This process is relatively simple and inexpensive.
An improved process for the fabrication of random arrays of silicon nanotips has been demonstrated to be feasible. Relative to other such processes, this process offers advantages of low cost and simplicity. Moreover, this process can readily be combined with other processes used to fabricate integrated circuits and other monolithic silicon structures.
Arrays of silicon nanotips are subjects of research and development efforts directed toward utilizing them as field emitters in flat-panel displays, vacuum microelectronics, and microwave devices.Other silicon-nanotip-fabrication processes developed thus far predominantly include lithography, etching,and/or elaborate deposition steps followed by oxide sharpening steps and are both process intensive as well as expensive. In addition to being cheaper and simpler, the present process can efficiently produce silicon nanotips that range in height from a few microns to several tens of microns and are distributed over large areas.
The process mentioned here can be summarized as consisting of (1) the growth of micro-etch masks on a silicon substrate,followed by (2) etching away of the masks, along with some of the substrate, to make an array of sharp tips. In the first step of the process, a cleaned silicon substrate is subjected to reactive ion etching (RIE)in a certain mixture of oxygen and carbon tetrafluoride under radio-frequency excitation. This process step results in the growth of fluorine based compounds in the form of stumps randomly distributed on the substrate. These stumps are known in the art as "polymer RIE grass." The dimensions of these stumps are of the order of hundreds of nanometers,the exact values depending on process time and gas composition. The areal density of the stumps decreases with increasing process time as they grow and merge with neighboring stumps.These stumps constitute the micro-etch masks for the next step of the process.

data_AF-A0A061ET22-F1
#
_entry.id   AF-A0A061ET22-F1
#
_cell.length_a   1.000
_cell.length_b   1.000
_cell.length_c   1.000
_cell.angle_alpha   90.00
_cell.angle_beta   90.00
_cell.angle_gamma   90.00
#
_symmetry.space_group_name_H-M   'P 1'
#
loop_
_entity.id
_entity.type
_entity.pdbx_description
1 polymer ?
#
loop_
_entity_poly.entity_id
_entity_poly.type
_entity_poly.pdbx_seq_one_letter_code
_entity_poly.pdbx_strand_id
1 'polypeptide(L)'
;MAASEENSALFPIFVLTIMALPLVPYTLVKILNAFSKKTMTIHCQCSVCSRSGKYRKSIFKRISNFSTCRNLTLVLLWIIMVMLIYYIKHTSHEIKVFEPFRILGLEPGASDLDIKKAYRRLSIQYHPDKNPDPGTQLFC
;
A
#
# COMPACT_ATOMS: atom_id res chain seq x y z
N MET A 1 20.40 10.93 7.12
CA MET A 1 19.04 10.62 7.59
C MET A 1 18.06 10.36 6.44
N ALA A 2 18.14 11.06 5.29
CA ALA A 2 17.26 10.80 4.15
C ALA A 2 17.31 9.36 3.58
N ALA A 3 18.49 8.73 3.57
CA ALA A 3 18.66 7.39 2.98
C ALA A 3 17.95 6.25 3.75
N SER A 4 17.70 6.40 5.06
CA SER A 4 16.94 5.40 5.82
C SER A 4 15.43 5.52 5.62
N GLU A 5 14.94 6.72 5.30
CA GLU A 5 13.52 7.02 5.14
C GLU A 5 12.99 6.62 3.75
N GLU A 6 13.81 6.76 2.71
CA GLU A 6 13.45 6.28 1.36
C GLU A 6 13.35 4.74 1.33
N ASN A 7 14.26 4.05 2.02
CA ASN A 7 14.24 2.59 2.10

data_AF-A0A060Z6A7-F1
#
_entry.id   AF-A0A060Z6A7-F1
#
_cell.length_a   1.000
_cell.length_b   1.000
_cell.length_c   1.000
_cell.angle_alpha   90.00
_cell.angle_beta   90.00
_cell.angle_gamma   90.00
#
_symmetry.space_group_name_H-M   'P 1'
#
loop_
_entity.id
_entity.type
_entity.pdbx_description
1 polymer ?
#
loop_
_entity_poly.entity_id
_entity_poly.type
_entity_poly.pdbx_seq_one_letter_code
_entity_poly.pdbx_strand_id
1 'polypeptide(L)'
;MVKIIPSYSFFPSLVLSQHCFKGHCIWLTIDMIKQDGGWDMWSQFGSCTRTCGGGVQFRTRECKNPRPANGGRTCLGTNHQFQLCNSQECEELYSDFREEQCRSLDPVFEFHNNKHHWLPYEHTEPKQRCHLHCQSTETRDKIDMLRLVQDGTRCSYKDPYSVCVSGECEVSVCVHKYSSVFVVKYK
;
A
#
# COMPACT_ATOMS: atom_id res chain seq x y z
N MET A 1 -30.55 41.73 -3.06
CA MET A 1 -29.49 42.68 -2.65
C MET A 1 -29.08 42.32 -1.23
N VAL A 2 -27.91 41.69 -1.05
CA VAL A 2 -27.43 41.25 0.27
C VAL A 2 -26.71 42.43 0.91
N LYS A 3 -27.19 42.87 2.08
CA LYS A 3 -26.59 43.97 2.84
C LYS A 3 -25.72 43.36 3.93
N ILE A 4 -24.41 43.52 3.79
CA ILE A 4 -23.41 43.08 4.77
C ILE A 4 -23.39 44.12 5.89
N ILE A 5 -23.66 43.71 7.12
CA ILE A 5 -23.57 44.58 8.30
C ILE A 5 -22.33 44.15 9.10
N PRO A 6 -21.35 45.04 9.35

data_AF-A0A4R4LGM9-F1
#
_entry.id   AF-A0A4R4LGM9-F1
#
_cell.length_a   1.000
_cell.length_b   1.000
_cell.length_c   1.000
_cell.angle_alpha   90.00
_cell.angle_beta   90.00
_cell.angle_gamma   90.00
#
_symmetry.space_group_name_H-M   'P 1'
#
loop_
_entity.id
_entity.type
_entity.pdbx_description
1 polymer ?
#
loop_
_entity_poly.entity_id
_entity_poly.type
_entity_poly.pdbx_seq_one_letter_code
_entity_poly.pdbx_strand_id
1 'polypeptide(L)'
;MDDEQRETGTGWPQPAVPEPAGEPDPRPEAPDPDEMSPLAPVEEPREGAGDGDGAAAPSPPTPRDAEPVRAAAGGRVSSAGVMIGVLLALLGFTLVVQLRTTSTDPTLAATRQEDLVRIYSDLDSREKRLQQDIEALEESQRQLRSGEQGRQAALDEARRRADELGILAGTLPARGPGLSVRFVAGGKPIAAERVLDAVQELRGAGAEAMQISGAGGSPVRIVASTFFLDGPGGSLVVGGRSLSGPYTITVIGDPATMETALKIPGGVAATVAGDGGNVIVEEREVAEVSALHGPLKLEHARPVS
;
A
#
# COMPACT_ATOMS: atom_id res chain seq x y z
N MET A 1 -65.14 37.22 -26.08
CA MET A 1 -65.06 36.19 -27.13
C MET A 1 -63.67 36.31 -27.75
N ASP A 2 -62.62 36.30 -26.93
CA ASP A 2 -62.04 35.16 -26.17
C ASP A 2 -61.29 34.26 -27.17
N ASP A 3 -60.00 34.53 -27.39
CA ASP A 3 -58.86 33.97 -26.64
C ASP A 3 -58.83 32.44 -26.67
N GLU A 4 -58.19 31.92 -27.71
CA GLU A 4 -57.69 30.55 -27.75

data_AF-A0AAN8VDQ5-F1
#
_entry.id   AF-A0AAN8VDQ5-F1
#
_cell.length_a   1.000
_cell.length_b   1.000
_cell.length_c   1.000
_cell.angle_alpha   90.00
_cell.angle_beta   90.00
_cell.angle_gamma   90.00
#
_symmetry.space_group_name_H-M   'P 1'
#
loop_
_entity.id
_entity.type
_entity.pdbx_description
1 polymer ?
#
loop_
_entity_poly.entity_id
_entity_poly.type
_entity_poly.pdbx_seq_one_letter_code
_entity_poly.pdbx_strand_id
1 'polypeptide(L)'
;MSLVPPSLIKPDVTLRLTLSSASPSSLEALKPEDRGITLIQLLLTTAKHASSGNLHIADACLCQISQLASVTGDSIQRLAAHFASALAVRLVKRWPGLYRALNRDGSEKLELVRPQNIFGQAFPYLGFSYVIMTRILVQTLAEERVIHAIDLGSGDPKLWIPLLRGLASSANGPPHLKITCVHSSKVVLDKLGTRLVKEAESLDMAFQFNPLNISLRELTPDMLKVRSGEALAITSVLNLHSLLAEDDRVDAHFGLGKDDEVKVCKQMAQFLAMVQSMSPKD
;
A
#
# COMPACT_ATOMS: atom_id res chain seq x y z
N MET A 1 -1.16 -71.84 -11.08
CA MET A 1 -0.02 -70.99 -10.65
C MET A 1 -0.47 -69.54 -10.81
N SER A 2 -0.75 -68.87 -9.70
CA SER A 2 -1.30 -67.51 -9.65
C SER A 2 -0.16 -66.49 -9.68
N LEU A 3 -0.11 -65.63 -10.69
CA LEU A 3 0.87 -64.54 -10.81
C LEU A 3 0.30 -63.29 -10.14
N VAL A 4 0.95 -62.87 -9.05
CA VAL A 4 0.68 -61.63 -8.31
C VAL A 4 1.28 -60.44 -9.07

In the second step of the process, the substrate covered with the micro-etch masks is subjected to deep reactive ion etching (DRIE)process, which consists of cycles of reactive ion etching alternating with passivation (the Bosch process). The gas used in the etching substeps is sulfur hexafluoride (SF6); the gas used in the passivation substeps is octafluorocyclobutane (C4 8). The portions of the substrate directly under the RIE grass stubs are etched more slowly than are the portions between the stubs. Hence, what remains at the end of the process, after the stubs and parts of the substrate have been etched away, are silicon spikes where the stubs were (see figure).
In a variation of the process,one starts with a silicon or silicon-on-insulator substrate with the intent to etch through the full thickness of the substrate. That is to say, one chooses the thickness so that the DRIE step releases individual nanotips. Such individual silicon nanotips may have utility as microscopic probes in biomedical applications.
This work was done by Harish Manohara of Caltech for NASA's Jet Propulsion Laboratory. For further information, access the Technical Support Package (TSP) free on-line at www.techbriefs.com/tsp under the Manufacturing category.
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